Game Warden Field Notes
The following items are compiled from recent Texas Parks and Wildlife Department law enforcement reports.
A Shot in the Dark
A game warden received a call on Aug. 6 about a man in Titus County who had accidentally shot himself while out on his deer lease preparing for the upcoming hunting season. The man was driving his side by side UTV back to the house around 9 p.m. the previous night when the accident occurred. A battery on the seat next to the victim fell into the floorboard. In the dark the man reached for what he thought was his spotlight to try and locate the battery. The man mentioned that the grip of the spotlight and his Glock Model 22 have the same feel. Instead of pulling the switch to his spotlight, the man pulled the trigger on his handgun, discharging a round into his upper leg. The man was able to drive to the house and then make a 25-minute drive to the hospital. An investigation concluded the man suffered a self-inflicted gunshot wound. Doctors said the bullet missed bone and major arteries and the man was discharged from the hospital with no complications. He is expected to make a full recovery.
We Charge a Rehoming Fee
On July 22, Harris County game wardens found a posting on the “Offer Up” app advertising a “toy” alligator for sale with a winky face ;). The seller was contacted by game wardens posing as an out of town rancher wanting a gator for his private pond and asked if his ranch hand could come pick it up. The wardens set a time and place to meet. The suspect was surprised to find out the rancher and ranch hand were wardens. Charges were filed.
Look Before You Leap
Tarrant County game wardens patrolling Lake Grapevine on July 21 noticed an unusual clustering of people close to the water’s edge below a 25-foot cliff. Seems a middle-aged man had jumped from the cliff into what he thought was 10-12 feet of water that turned out to only be 2 feet deep. The leap resulted in a compound fracture of his lower leg. The wardens contacted local EMS, enlisted the help of some of the bystanders to stabilize the leg, and loaded the injured man onto their patrol vessel. The wardens then transported the man to a location where EMS could make a safe and speedy transfer. The wardens stayed with two juvenile boys who were with the injured man until a parent could be located. Alcohol played a factor in the incident.
Not Your Sign
On June 24, a Pecos County game warden was checking public access points to the Pecos River. The warden parked his patrol vehicle near a bridge crossing the river and walked underneath it to check out the area. While under the bridge the warden heard the sound of metal being cut with a power tool. As he made his way back up to the bridge the warden observed two men; one served as a lookout while the other used a right angle grinder to try to cut down a road sign marking the Crockett County line. After being caught in the act, the subject doing the cutting admitted he was trying to take the sign because “my last name is Crockett and I thought it would be cool to have the sign.” The individual was charged with criminal mischief, a Class B misdemeanor, subsequently pled guilty and received six months’ probation.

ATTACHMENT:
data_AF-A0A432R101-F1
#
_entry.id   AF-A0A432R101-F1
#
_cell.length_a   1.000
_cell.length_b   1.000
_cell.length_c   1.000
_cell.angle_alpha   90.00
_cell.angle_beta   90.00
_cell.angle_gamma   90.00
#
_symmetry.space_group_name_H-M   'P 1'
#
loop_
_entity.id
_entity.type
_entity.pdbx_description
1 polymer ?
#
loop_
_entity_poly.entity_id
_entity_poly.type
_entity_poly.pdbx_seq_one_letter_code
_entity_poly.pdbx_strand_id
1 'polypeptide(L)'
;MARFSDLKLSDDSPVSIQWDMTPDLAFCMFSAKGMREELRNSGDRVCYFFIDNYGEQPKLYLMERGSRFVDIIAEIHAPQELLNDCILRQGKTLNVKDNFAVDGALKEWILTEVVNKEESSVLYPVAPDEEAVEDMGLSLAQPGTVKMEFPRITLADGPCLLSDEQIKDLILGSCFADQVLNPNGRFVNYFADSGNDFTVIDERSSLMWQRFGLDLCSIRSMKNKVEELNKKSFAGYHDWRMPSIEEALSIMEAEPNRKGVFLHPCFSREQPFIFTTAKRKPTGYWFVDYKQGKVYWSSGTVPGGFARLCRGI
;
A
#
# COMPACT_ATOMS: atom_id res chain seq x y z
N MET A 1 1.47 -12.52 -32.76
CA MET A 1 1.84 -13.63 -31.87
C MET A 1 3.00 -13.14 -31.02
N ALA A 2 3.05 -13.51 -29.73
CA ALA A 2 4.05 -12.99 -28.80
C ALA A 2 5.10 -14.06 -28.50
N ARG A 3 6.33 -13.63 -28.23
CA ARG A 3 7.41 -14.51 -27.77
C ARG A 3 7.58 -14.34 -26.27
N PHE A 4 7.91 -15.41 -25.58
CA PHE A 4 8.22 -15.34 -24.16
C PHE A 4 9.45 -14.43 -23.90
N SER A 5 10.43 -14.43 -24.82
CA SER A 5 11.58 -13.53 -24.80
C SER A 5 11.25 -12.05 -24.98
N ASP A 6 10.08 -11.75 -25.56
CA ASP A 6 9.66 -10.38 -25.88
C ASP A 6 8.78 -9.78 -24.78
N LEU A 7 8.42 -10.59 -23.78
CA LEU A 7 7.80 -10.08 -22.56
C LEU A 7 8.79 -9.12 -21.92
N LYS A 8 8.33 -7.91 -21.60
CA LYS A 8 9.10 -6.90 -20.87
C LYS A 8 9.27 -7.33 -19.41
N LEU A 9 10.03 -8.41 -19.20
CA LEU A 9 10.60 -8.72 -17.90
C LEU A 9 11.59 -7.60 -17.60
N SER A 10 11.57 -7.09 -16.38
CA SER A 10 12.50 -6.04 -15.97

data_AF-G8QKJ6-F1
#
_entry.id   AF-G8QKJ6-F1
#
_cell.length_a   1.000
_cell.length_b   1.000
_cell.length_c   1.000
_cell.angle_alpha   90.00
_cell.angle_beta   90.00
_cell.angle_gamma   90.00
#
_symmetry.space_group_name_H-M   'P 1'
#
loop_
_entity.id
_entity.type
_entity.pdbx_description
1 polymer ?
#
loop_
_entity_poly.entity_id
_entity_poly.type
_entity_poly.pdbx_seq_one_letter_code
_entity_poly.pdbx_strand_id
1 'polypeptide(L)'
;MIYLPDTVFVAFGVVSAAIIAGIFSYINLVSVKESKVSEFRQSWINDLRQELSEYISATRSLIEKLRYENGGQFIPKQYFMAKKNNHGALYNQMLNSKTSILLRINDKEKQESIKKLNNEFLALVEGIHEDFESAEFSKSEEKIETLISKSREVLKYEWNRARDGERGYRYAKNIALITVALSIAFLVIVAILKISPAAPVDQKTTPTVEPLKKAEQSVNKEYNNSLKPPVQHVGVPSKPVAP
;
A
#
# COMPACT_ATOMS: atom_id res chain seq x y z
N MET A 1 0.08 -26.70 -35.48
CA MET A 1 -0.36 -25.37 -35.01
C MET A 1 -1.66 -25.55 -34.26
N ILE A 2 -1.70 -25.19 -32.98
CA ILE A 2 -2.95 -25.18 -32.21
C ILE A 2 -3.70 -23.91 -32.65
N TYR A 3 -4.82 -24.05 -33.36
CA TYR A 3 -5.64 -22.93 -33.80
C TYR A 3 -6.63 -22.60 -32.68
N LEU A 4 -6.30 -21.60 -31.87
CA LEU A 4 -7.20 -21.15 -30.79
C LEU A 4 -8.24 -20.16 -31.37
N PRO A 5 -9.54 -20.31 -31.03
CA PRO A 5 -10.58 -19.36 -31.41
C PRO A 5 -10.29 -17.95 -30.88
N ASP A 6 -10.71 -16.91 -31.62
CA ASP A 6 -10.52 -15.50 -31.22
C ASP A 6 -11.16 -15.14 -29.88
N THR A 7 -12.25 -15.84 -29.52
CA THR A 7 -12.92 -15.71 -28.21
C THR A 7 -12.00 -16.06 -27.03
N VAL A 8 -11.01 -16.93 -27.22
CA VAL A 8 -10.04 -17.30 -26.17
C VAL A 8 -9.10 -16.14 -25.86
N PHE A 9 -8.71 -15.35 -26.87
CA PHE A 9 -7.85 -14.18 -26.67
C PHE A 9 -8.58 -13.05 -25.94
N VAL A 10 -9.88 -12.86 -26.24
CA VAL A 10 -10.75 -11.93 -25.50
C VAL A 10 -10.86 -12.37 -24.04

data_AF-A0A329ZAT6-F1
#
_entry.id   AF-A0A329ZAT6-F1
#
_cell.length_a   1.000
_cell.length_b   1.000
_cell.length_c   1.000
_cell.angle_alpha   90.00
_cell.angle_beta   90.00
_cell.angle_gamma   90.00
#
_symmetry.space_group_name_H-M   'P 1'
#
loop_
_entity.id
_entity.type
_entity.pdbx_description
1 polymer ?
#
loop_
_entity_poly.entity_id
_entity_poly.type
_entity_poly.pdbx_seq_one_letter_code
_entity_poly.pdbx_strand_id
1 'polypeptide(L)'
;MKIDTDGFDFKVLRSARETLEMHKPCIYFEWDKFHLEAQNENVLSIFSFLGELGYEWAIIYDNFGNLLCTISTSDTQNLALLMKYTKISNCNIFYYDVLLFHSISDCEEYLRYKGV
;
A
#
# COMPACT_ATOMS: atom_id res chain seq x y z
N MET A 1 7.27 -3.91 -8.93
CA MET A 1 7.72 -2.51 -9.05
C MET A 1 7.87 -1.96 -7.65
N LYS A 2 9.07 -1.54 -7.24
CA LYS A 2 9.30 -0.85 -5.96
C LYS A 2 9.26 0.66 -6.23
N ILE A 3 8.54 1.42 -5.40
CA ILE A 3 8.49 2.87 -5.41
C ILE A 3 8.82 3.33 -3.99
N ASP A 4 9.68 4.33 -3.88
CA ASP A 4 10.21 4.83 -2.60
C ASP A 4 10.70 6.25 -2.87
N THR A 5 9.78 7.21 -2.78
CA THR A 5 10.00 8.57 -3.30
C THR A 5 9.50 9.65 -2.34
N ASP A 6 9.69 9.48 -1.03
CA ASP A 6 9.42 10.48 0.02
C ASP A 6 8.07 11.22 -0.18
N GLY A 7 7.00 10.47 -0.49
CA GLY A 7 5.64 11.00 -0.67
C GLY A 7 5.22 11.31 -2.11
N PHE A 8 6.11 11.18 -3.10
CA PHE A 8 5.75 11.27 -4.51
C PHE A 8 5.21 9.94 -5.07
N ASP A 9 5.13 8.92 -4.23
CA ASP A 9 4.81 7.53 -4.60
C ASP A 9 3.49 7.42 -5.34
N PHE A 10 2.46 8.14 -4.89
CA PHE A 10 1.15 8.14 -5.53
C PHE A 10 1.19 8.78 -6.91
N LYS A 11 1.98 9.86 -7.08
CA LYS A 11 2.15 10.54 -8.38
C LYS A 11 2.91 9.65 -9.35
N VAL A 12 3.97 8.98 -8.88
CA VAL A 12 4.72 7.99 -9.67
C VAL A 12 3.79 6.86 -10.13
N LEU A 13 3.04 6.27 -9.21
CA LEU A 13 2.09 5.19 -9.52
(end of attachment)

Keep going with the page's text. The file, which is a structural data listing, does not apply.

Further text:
Holy King Mackerel
On July 14, game wardens in Brazoria County investigating an Operation Game Thief Crimestoppers call about a violation of over the daily bag/possession limit of king mackerel made a shocking discovery. The tipster claimed a group of five was stockpiling king mackerel in a boat storage facility in Freeport. Armed with a description of the suspects’ vehicles and boats, wardens began checking vessels near the Freeport Jetties and came across a boat that fit the description. The occupants were in possession of king mackerel in excess of the daily limit, and while escorting them back to the boat ramp, the wardens made contact with the other culprits. The suspects were brought to the commercial boat storage, where wardens gained access to a unit that contained 30 king mackerel stuffed into a freezer, in addition to the 16 king mackerel the five fishermen had on board both vessels. After lengthy interviews, several citations were written to the five individuals for exceeding their possession limit of king mackerel. The cases and civil restitution are pending.
Cameron County game wardens received a call from South Padre Police Department stating they had come across an ice chest full of red snapper during a traffic stop and believed the occupants to be over their possession limit. Contact was made with the three individuals and consent was given to inspect the fish. The story given was inconsistent between the three individuals, who claimed they got the fish from friends, but could not produce any proof. Although they had been out on a fishing trip all day with the unnamed sources, they had taken no photos of the others onboard. A bag count showed the group was 16 red snapper over their daily bag limits, including two undersized fish. All three individuals received citations with restitution. The fish were donated to the public.